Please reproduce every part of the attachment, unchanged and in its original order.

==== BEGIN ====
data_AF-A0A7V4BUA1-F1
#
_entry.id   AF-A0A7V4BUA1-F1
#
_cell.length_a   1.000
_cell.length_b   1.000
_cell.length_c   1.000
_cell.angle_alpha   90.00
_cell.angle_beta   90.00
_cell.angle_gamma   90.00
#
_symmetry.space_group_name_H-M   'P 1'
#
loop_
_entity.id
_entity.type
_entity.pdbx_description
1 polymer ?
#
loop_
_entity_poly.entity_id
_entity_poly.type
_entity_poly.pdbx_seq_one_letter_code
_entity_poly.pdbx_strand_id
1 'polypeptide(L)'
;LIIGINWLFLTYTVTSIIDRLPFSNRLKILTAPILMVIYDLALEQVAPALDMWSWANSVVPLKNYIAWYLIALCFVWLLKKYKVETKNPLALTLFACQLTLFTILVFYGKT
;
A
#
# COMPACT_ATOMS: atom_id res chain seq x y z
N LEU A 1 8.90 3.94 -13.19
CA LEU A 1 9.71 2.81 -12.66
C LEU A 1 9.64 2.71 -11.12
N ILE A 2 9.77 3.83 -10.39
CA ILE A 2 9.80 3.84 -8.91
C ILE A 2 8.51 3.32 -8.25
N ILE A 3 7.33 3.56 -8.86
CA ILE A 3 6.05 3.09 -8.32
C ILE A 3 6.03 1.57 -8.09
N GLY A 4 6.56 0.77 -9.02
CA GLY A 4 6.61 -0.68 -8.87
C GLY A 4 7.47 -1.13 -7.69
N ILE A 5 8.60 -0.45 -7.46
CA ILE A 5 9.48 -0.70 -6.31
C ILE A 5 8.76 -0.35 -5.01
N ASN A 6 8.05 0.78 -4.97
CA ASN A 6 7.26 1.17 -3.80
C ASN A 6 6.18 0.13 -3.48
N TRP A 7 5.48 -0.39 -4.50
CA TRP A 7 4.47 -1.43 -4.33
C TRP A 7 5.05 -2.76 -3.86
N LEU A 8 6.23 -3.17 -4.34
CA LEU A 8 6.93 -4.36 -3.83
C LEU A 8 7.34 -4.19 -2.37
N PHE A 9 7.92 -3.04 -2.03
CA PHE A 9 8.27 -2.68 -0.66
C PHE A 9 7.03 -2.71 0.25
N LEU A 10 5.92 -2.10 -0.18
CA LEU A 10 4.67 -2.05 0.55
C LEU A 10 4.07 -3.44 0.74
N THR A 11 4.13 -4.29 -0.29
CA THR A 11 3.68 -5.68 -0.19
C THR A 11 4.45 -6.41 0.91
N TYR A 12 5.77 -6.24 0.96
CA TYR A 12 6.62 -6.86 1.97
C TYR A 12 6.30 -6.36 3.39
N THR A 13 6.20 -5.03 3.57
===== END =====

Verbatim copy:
data_AF-A0A7V4BUA1-F1
#
_entry.id   AF-A0A7V4BUA1-F1
#
_cell.length_a   1.000
_cell.length_b   1.000
_cell.length_c   1.000
_cell.angle_alpha   90.00
_cell.angle_beta   90.00
_cell.angle_gamma   90.00
#
_symmetry.space_group_name_H-M   'P 1'
#
loop_
_entity.id
_entity.type
_entity.pdbx_description
1 polymer ?
#
loop_
_entity_poly.entity_id
_entity_poly.type
_entity_poly.pdbx_seq_one_letter_code
_entity_poly.pdbx_strand_id
1 'polypeptide(L)'
;LIIGINWLFLTYTVTSIIDRLPFSNRLKILTAPILMVIYDLALEQVAPALDMWSWANSVVPLKNYIAWYLIALCFVWLLKKYKVETKNPLALTLFACQLTLFTILVFYGKT
;
A
#
# COMPACT_ATOMS: atom_id res chain seq x y z
N LEU A 1 8.90 3.94 -13.19
CA LEU A 1 9.71 2.81 -12.66
C LEU A 1 9.64 2.71 -11.12
N ILE A 2 9.77 3.83 -10.39
CA ILE A 2 9.80 3.84 -8.91
C ILE A 2 8.51 3.32 -8.25
N ILE A 3 7.33 3.56 -8.86
CA ILE A 3 6.05 3.09 -8.32
C ILE A 3 6.03 1.57 -8.09
N GLY A 4 6.56 0.77 -9.02
CA GLY A 4 6.61 -0.68 -8.87
C GLY A 4 7.47 -1.13 -7.69
N ILE A 5 8.60 -0.45 -7.46
CA ILE A 5 9.48 -0.70 -6.31
C ILE A 5 8.76 -0.35 -5.01
N ASN A 6 8.05 0.78 -4.97
CA ASN A 6 7.26 1.17 -3.80
C ASN A 6 6.18 0.13 -3.48
N TRP A 7 5.48 -0.39 -4.50
CA TRP A 7 4.47 -1.43 -4.33
C TRP A 7 5.05 -2.76 -3.86
N LEU A 8 6.23 -3.17 -4.34
CA LEU A 8 6.93 -4.36 -3.83
C LEU A 8 7.34 -4.19 -2.37
N PHE A 9 7.92 -3.04 -2.03
CA PHE A 9 8.27 -2.68 -0.66
C PHE A 9 7.03 -2.71 0.25
N LEU A 10 5.92 -2.10 -0.18
CA LEU A 10 4.67 -2.05 0.55
C LEU A 10 4.07 -3.44 0.74
N THR A 11 4.13 -4.29 -0.29
CA THR A 11 3.68 -5.68 -0.19
C THR A 11 4.45 -6.41 0.91
N TYR A 12 5.77 -6.24 0.96
CA TYR A 12 6.62 -6.86 1.97
C TYR A 12 6.30 -6.36 3.39
N THR A 13 6.20 -5.03 3.57